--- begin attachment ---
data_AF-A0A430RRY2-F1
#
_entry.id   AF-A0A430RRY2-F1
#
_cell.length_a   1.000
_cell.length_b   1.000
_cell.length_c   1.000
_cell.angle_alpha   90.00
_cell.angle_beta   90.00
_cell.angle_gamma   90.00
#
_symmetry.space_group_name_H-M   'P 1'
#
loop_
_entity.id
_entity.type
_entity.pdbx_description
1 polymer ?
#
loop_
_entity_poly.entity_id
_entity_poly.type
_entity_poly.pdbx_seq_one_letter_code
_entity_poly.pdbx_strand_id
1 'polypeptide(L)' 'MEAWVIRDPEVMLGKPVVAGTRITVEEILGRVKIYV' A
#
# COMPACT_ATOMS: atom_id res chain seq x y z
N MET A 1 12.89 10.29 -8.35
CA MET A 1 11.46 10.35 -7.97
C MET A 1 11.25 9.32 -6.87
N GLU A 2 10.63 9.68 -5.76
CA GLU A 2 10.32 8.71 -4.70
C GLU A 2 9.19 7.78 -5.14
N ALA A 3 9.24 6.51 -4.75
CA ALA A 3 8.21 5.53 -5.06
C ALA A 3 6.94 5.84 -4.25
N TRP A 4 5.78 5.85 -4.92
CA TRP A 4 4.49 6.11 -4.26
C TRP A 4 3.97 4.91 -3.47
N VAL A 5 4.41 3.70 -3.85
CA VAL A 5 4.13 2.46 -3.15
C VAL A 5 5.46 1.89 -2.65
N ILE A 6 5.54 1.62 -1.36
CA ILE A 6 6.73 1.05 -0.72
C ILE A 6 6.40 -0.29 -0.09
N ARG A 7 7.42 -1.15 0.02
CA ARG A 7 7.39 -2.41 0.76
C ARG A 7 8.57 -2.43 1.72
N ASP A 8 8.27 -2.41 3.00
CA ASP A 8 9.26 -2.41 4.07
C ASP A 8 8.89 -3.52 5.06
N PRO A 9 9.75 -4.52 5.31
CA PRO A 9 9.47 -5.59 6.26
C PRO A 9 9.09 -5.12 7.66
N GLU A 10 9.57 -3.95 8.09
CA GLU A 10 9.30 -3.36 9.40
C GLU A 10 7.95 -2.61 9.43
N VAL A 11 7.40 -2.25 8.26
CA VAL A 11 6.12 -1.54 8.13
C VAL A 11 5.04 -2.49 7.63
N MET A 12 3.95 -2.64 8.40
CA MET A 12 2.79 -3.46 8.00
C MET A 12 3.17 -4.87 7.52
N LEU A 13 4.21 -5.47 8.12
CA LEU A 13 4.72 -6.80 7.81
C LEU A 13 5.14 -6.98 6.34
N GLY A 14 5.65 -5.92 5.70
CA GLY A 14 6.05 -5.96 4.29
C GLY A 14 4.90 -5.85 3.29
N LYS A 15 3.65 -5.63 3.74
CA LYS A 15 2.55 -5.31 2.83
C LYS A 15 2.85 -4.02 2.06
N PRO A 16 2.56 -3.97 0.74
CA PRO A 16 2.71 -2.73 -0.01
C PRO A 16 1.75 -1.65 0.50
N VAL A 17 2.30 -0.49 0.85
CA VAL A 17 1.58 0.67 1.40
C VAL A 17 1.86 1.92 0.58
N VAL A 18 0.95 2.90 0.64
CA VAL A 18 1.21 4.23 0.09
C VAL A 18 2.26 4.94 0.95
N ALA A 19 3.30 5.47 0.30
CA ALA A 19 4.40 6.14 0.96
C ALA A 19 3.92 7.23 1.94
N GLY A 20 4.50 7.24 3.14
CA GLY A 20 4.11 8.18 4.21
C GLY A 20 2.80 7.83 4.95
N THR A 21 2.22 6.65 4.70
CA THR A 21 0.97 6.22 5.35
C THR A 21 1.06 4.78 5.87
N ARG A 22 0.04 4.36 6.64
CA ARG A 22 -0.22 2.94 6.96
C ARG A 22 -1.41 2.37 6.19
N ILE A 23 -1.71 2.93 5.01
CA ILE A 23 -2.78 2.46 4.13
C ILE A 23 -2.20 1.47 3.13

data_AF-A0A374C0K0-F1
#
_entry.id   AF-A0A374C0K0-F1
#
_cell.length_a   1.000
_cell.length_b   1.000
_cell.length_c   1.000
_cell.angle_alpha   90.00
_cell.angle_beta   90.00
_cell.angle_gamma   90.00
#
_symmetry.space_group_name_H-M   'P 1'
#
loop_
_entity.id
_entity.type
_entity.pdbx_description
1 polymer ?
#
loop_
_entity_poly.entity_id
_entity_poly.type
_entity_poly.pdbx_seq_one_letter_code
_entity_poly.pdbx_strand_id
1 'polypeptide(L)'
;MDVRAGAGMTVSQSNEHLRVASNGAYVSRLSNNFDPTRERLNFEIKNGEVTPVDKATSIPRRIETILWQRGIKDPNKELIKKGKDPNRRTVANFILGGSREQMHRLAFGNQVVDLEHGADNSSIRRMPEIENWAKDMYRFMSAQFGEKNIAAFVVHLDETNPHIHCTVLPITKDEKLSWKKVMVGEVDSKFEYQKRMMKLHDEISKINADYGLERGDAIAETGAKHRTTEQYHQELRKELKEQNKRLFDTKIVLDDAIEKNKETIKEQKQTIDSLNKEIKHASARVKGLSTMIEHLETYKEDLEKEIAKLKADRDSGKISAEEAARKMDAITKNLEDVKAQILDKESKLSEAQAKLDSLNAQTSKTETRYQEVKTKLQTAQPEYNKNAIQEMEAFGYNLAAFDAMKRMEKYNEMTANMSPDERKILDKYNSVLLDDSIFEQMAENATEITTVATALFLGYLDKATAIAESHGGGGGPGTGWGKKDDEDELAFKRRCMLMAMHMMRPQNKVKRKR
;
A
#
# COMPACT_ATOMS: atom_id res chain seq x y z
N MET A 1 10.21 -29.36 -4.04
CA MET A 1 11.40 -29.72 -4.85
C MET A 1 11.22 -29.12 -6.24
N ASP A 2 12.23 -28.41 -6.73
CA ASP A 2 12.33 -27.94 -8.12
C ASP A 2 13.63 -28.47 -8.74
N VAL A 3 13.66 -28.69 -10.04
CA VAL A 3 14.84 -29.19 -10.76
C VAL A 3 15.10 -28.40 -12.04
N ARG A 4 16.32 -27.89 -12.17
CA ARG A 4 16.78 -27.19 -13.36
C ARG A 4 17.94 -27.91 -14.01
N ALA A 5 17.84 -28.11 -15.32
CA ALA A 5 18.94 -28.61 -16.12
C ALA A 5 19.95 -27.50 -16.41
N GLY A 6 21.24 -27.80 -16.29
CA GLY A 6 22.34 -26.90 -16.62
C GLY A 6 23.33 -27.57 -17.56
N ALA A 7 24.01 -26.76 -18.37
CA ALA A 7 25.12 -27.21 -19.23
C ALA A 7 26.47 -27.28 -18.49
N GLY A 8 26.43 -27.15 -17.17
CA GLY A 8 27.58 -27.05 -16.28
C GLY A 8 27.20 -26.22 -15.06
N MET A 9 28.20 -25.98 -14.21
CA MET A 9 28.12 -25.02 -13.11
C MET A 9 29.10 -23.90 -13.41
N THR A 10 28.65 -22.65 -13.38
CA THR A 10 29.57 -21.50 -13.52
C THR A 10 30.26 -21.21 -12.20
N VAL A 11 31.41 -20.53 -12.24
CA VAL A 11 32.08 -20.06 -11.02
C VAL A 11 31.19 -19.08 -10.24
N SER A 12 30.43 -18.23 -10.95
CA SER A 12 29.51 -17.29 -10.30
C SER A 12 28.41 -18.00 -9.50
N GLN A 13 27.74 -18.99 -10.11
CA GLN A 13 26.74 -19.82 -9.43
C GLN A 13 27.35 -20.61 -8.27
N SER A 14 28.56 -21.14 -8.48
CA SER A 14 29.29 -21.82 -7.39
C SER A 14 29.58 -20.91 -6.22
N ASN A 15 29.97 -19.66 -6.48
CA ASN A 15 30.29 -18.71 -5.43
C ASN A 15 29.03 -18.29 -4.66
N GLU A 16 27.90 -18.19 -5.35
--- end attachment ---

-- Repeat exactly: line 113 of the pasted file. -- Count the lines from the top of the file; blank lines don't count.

_entity.pdbx_description